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Chapter 19: Fracture Imaging and Saline Tracer Monitoring by Crosshole Borehole Radar

By
Hui Zhou
Hui Zhou
Ocean University of China, No.5 Yushan Road, Qingdao, Shandong, People’s Republic of China (formerly with Tohoku University). E-mail: huizhou@ouc.edu.cn.
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John W. Lane
John W. Lane
U.S. Geological Survey, 11 Sherman Place, U-5015, Storrs Mansfield, CT 06269 USA.
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Motoyuki Sato
Motoyuki Sato
Center for Northeast Asian Studies, Tohoku University, Sendai 980-8576, Japan. E-mail: sato@cneas.tohoku.ac.jp.
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Published:
January 01, 2005

Introduction

Crosshole electromagnetic techniques have been studied for detection and imaging subsurface anomalies. The use of higher frequency, i.e., radar, has high resolution, and has been used for imaging anomalies having high contrasts with the host rock. For example, Litle et al. (1979) and Lee et al. (1989) used crosshole radar to detect voids or tunnels, Lager and Lytle (1977) used tomography to visualize trace flow, and Park et al. (1998) used tomography for imaging voids. Borehole radar tomographic analysis has been applied to various other fields (Olsson et al., 1992; Mathisen et al., 1995; Lane et al., 1996; Wright et al., 1998). In most cases, crosshole tomography enables us to characterize subsurface media between two boreholes very well.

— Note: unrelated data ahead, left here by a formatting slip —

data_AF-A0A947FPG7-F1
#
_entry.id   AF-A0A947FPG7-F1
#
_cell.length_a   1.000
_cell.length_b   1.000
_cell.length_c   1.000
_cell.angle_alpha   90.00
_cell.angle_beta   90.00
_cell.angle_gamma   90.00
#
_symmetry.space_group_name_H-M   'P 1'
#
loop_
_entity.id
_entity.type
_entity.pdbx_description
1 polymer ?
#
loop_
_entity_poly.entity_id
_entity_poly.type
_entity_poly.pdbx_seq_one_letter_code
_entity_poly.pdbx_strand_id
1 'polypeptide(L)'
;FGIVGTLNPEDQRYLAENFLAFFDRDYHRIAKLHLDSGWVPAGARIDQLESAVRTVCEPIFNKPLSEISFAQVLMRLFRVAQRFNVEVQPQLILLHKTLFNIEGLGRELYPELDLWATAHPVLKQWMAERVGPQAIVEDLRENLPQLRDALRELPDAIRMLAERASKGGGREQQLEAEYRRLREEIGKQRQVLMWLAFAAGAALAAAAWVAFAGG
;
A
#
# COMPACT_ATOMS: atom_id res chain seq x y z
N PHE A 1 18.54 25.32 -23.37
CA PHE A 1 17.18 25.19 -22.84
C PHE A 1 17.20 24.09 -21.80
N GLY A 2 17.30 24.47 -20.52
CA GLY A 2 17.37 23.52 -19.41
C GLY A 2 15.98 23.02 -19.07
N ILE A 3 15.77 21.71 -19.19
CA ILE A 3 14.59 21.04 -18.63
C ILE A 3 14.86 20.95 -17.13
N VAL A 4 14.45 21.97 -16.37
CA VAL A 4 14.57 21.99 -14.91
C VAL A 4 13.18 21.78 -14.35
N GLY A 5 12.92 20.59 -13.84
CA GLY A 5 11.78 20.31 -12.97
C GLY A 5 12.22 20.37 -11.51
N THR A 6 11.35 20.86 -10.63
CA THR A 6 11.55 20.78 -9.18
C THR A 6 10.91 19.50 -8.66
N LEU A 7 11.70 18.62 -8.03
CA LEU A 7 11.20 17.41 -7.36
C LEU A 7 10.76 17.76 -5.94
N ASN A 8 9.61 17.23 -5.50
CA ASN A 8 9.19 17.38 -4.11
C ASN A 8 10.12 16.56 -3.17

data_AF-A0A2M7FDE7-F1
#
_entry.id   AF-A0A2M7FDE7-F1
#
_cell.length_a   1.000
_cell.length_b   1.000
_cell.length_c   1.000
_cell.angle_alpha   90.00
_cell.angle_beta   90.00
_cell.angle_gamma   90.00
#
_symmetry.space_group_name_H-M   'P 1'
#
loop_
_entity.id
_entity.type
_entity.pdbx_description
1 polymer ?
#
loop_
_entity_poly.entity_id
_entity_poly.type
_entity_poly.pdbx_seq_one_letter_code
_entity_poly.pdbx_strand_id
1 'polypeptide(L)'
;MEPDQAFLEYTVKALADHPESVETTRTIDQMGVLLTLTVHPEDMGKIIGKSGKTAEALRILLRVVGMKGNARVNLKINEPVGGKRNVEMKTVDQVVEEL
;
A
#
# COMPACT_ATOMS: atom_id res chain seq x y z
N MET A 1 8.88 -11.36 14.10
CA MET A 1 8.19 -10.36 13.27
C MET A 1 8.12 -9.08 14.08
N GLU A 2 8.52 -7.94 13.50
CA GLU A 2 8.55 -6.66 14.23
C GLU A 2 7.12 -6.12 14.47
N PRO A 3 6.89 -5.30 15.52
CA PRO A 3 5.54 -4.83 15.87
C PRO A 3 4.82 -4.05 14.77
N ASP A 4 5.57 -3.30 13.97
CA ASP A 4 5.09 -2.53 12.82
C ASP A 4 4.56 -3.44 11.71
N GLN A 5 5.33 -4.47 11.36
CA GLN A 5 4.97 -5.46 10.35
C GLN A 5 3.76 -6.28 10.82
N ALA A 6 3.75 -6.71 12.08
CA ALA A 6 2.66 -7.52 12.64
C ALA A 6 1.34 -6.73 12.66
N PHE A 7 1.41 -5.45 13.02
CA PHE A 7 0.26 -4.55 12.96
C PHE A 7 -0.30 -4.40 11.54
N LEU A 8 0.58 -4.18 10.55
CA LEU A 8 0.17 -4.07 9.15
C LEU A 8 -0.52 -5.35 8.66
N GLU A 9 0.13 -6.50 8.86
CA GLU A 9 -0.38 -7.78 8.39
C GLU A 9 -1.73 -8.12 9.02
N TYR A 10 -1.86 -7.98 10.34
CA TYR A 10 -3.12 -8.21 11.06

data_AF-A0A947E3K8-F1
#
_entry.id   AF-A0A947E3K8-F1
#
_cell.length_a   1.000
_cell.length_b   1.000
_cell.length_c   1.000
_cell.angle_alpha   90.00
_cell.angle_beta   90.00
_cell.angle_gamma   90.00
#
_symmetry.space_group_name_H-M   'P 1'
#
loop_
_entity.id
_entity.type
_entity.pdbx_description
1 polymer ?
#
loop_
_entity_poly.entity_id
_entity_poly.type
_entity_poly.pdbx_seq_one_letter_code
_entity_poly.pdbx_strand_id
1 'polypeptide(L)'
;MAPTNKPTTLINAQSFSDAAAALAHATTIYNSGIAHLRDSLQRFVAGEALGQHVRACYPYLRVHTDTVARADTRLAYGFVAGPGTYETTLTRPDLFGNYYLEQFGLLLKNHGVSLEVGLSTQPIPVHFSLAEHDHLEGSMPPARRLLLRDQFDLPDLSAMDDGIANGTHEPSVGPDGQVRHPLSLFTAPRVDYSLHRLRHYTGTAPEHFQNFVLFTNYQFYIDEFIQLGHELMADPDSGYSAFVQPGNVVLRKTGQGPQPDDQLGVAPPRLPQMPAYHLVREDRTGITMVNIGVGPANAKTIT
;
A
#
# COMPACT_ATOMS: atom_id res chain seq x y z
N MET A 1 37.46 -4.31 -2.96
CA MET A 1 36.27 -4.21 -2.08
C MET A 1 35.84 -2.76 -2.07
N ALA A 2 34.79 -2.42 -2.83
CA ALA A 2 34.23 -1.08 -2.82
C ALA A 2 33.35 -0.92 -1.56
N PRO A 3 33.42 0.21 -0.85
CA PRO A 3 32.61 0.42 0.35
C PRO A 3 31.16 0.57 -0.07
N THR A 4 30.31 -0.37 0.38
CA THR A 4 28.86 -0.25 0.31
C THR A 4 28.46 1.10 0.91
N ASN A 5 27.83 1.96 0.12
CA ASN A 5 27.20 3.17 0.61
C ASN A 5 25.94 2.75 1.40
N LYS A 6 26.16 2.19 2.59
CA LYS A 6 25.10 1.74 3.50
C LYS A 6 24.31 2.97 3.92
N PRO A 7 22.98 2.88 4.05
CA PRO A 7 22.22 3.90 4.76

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Contents

Investigations in Geophysics

Near-Surface Geophysics

Dwain K. Butler
Dwain K. Butler
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Society of Exploration Geophysicists
Volume
13
ISBN electronic:
9781560801719
Publication date:
January 01, 2005

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